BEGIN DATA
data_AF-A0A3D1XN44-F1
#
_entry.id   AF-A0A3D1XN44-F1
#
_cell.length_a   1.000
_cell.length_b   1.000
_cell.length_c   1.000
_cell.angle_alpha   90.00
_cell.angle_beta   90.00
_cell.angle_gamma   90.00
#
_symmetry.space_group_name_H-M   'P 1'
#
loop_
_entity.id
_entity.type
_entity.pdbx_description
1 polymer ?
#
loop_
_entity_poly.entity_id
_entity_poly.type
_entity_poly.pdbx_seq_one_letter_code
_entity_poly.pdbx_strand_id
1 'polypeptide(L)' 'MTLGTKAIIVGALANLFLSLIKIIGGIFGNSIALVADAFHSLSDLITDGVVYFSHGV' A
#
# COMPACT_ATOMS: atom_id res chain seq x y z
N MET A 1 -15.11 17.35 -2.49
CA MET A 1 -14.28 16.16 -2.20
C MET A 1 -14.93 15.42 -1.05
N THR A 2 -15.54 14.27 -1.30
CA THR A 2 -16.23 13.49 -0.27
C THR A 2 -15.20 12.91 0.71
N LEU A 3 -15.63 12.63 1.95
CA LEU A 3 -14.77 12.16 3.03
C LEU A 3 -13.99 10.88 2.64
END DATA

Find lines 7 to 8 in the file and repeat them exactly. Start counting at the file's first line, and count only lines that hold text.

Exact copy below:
_cell.length_c   1.000
_cell.angle_alpha   90.00